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Tremain apologizes for Samoa measles cartoon

After a furious backlash against his cartoon about the Samoa measles epidemic, cartoonist Garrick Tremain has apologised.

 Tremain posted an apology on his website, just hours after defending it as a "simple, innocuous joke" and refusing to issue a public apology.

It reads: "An apology to those offended by my cartoon making reference to the current measles epidemic in Samoa.

 "The cartoon should not have been put forward for publication and I acknowledge the lack of judgement on my part."

 His apology follows that of the Otago Daily Times which published his cartoon.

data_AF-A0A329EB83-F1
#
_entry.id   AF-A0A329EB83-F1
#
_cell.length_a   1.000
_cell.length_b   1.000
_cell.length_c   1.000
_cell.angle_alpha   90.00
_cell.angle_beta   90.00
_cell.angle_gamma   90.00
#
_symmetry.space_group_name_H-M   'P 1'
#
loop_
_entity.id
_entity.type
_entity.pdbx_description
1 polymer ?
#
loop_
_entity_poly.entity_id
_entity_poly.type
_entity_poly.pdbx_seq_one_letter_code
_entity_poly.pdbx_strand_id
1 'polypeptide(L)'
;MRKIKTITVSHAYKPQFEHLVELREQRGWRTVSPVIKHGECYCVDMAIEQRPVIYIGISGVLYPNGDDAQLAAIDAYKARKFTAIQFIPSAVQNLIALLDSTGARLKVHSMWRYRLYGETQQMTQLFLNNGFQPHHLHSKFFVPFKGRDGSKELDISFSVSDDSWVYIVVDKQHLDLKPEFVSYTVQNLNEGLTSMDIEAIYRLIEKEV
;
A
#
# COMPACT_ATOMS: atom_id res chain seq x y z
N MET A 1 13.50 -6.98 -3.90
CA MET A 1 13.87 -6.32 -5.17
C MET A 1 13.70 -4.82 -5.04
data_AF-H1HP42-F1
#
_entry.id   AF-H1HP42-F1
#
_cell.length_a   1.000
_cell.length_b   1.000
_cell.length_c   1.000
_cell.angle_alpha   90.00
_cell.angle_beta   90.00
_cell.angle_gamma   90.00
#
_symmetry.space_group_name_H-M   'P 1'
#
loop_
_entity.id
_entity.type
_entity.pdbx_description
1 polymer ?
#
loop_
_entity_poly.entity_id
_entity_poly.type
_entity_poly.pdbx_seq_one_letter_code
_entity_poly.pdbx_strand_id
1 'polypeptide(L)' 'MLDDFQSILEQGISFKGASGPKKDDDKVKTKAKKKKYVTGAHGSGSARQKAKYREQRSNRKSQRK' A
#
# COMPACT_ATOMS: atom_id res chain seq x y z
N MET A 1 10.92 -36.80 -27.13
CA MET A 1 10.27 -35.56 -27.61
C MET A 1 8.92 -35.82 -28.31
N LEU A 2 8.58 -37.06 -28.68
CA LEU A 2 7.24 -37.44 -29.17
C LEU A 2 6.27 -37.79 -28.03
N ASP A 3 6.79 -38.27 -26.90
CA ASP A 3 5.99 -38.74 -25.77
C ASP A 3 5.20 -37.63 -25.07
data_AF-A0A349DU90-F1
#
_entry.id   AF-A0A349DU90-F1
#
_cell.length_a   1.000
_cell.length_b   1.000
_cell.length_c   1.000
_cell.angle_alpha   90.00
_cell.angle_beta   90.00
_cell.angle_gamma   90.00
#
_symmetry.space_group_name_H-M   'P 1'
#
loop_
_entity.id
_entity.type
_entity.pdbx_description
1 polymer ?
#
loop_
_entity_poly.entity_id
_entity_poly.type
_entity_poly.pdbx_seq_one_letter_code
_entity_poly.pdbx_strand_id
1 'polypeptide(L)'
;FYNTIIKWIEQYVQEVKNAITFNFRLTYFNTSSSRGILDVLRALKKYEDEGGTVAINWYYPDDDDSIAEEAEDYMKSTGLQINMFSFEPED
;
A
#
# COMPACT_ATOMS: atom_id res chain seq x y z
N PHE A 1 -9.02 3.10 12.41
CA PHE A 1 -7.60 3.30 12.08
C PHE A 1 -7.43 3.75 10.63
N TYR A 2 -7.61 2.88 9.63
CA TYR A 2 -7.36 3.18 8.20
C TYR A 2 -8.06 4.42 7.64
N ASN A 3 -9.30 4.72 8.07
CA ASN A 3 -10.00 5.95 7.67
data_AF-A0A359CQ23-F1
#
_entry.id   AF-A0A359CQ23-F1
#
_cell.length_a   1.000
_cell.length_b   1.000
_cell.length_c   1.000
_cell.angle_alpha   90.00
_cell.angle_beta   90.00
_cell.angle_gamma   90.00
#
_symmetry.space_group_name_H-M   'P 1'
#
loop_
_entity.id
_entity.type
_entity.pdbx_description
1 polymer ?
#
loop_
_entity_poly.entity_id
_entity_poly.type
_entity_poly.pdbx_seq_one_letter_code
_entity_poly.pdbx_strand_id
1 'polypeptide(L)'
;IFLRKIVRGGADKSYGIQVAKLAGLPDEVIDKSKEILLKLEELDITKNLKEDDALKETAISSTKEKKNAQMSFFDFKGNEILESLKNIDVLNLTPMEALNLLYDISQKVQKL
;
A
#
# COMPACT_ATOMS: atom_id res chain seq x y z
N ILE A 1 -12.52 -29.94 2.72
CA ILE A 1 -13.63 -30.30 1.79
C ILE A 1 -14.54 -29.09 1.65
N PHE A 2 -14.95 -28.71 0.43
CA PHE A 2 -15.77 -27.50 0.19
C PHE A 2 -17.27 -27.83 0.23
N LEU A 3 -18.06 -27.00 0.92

The newspaper said it was a deeply regrettable error in judgment.

 "The content and the timing of the cartoon were insensitive," Otago Daily Times editor Barry Stewart wrote.

 It shows two people walking out of a travel agent and one remarking that the least popular spots right now are the ones people are picking up in Samoa.

 Garrick Tremain had told Radio New Zealand's First Up that while it was understandable people were upset, he wouldn't publicly apologise to Samoa for "a simple, light-hearted joke".

 "If you've read the cartoon, the basis is a travel agent taking the wrong end of the stick and making a stupid comment.

 "I can quite understand why it has upset people. It's a very poor piece of timing for such a cartoon - I'm the first to agree with that.

 He said had he realised the epidemic was going to be "all over the paper" and a main item on Radio New Zealand that day he would not have presented it.


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